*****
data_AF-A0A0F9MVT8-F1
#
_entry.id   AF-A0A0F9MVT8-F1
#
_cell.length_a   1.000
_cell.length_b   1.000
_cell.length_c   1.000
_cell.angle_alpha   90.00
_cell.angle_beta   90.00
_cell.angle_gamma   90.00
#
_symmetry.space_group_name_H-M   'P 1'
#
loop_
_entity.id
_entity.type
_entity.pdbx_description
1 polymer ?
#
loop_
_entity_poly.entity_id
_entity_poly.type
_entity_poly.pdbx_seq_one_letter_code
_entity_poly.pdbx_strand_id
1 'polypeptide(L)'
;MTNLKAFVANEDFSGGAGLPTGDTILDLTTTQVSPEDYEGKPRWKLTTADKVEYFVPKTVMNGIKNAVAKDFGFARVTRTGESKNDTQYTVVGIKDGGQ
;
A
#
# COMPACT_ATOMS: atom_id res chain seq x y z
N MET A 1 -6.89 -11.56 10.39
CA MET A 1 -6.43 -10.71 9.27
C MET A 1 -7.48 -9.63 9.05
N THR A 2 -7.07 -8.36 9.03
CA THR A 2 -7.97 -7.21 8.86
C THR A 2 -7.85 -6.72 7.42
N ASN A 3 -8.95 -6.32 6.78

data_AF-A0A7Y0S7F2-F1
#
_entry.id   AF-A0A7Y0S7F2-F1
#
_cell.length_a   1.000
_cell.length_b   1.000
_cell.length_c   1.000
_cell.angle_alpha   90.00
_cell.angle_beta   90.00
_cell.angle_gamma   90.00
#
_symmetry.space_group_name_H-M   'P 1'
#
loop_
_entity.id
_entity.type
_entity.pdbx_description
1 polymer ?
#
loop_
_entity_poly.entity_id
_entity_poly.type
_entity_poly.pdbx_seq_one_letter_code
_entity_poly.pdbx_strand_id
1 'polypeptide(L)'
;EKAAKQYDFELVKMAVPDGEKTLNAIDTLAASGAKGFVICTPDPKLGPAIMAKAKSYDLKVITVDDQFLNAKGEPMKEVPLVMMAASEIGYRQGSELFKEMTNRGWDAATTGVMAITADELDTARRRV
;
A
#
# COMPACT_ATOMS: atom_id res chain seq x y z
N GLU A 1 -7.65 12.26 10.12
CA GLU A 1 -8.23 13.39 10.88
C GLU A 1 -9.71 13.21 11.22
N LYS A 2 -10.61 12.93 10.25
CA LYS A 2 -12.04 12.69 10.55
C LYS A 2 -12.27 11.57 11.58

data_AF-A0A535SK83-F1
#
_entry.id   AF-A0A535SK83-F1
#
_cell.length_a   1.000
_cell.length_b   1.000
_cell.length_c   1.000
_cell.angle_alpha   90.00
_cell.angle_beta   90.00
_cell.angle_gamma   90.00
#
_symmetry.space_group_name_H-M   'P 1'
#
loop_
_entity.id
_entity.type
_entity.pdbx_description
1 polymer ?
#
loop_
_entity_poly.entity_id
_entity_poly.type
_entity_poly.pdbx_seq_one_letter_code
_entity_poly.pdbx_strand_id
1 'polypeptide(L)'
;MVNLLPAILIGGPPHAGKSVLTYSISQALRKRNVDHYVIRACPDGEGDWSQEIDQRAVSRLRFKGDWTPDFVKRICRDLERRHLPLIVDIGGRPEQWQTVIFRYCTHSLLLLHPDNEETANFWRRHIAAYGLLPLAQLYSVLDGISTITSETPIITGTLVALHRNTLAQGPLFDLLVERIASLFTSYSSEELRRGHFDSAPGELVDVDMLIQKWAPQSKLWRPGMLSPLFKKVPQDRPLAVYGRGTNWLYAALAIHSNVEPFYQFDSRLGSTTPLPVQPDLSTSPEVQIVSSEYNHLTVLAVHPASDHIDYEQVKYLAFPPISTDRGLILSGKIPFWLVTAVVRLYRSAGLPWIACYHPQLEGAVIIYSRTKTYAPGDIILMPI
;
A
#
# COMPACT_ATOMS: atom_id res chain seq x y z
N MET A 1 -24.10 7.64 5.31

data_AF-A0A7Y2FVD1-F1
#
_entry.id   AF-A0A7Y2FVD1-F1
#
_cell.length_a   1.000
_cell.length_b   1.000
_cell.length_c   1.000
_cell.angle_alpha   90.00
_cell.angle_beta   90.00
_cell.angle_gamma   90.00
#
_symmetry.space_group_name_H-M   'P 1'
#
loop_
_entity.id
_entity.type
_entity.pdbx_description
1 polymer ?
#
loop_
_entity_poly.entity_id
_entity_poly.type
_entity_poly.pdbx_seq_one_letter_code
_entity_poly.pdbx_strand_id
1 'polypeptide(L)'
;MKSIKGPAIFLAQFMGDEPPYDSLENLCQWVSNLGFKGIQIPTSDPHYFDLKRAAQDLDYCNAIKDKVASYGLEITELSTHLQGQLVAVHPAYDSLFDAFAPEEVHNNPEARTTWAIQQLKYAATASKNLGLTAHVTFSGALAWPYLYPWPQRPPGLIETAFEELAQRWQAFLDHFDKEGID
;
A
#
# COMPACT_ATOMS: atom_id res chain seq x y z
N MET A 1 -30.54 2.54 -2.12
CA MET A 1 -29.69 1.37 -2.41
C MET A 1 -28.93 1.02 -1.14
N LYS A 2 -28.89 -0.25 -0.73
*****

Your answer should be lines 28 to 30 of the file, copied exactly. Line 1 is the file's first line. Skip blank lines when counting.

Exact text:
A
#
# COMPACT_ATOMS: atom_id res chain seq x y z